Evaluating information is an important step in the research process.
Evaluating information means you read the book chapter, article or web page thoroughly and think critically about it. Ask yourself why it was published, who wrote it and published it, when it was written and how it pertains to your research question.
Currency: The timeliness of the information.
• When was the information published or posted?
• Has the information been revised or updated?
• Is the information current or out-of date for your topic?
***Are the links functional?
Relevance: The importance of the information for your needs.
• Does the information relate to your topic or answer your question?
• Who is the intended audience?
• Is the information at an appropriate level (i.e. not too elementary or advanced for your needs)?
• Have you looked at a variety of sources before determining this is one you will use?
• Would you be comfortable using this source for a research paper?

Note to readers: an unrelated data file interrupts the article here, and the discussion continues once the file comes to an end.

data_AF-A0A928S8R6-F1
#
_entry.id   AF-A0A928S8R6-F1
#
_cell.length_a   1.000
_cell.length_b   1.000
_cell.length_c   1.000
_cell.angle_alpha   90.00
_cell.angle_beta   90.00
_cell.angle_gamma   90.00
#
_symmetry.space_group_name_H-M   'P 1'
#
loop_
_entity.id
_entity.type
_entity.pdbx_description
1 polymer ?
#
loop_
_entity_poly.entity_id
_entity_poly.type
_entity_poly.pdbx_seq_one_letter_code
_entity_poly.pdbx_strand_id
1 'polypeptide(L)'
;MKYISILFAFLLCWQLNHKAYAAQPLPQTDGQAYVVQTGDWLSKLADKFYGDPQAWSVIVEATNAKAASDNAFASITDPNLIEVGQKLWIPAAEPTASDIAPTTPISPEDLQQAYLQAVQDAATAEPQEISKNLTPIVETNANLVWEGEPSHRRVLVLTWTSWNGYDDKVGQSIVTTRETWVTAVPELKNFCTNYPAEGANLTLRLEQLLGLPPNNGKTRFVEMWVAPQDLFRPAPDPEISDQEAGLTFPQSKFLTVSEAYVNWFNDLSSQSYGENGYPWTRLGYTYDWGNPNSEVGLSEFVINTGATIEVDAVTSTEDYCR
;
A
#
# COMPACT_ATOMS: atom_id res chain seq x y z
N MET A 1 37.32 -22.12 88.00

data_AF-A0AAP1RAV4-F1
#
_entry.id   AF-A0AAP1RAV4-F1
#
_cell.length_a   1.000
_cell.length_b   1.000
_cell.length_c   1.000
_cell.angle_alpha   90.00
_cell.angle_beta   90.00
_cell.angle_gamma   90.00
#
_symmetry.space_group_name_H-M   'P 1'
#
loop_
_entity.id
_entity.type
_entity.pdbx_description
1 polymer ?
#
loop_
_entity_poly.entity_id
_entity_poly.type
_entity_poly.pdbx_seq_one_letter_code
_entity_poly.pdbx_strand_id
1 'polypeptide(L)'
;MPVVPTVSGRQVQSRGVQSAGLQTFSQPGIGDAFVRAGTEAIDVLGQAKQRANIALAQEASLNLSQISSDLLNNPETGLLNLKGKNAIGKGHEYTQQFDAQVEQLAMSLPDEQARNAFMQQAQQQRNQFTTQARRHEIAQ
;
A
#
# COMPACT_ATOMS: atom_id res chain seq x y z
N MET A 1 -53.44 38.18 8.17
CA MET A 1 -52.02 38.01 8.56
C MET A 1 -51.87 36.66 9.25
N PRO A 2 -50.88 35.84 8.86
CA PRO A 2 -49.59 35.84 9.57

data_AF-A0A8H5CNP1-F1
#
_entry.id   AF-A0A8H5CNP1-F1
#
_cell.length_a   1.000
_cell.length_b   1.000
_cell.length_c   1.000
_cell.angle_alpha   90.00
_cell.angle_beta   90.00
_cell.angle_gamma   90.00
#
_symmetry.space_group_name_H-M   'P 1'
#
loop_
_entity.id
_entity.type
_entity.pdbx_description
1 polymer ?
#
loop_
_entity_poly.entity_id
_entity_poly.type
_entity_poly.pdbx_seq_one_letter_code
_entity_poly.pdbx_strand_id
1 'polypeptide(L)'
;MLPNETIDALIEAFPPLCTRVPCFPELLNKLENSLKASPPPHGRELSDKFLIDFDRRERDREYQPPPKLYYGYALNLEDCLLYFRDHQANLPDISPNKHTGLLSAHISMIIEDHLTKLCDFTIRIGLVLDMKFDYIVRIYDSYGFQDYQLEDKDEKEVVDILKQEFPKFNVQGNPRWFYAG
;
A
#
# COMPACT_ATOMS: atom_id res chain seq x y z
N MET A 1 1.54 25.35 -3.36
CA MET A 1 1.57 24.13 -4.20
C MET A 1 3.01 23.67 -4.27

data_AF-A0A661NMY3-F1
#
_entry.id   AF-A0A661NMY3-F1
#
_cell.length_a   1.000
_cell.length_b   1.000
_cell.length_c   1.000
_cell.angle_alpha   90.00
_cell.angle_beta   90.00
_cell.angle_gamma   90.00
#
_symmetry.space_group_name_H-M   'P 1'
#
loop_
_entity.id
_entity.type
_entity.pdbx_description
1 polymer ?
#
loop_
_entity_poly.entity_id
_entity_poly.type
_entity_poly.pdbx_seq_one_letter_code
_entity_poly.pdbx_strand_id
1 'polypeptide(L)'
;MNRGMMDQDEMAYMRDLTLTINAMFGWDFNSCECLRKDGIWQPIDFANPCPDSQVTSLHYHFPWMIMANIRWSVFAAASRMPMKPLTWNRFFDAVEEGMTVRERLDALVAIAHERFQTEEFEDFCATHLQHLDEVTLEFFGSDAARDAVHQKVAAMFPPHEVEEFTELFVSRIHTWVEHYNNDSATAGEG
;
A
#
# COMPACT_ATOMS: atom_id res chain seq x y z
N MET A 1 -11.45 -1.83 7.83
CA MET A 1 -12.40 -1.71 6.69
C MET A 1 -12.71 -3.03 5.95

Authority: The source of the information.
• Who is the author/publisher/source/sponsor?
• Is there an obvious match, or mismatch, between the author's credentials and the topic?
• • What are the author's qualifications to write on the topic?
• Is there contact information, such as a publisher or e-mail address?
***Does the URL reveal anything about the source? .gov and .edu are only for government and college/school sites, but anyone can register .com or .org
Accuracy: The reliability, truthfulness, and correctness of the informational content.
• Where does the information come from?
• Is the information supported by evidence?
• Has the information been reviewed or refereed?
• Can you verify any of the information in another source or from personal knowledge?
• Does the language or tone seem unbiased and free of emotion?
• Are there spelling, grammar, or other typographical errors?
Purpose: The reason the information exists.
• What is the purpose of the information? to inform? teach? sell? entertain? persuade?
• Do the authors/sponsors make their intentions or purpose clear?
• Is the information fact? opinion? propaganda?
• Does the point of view appear objective and impartial?
• Are there political, ideological, cultural, religious, institutional, or personal biases?
Key: *** indicates criteria is for Web only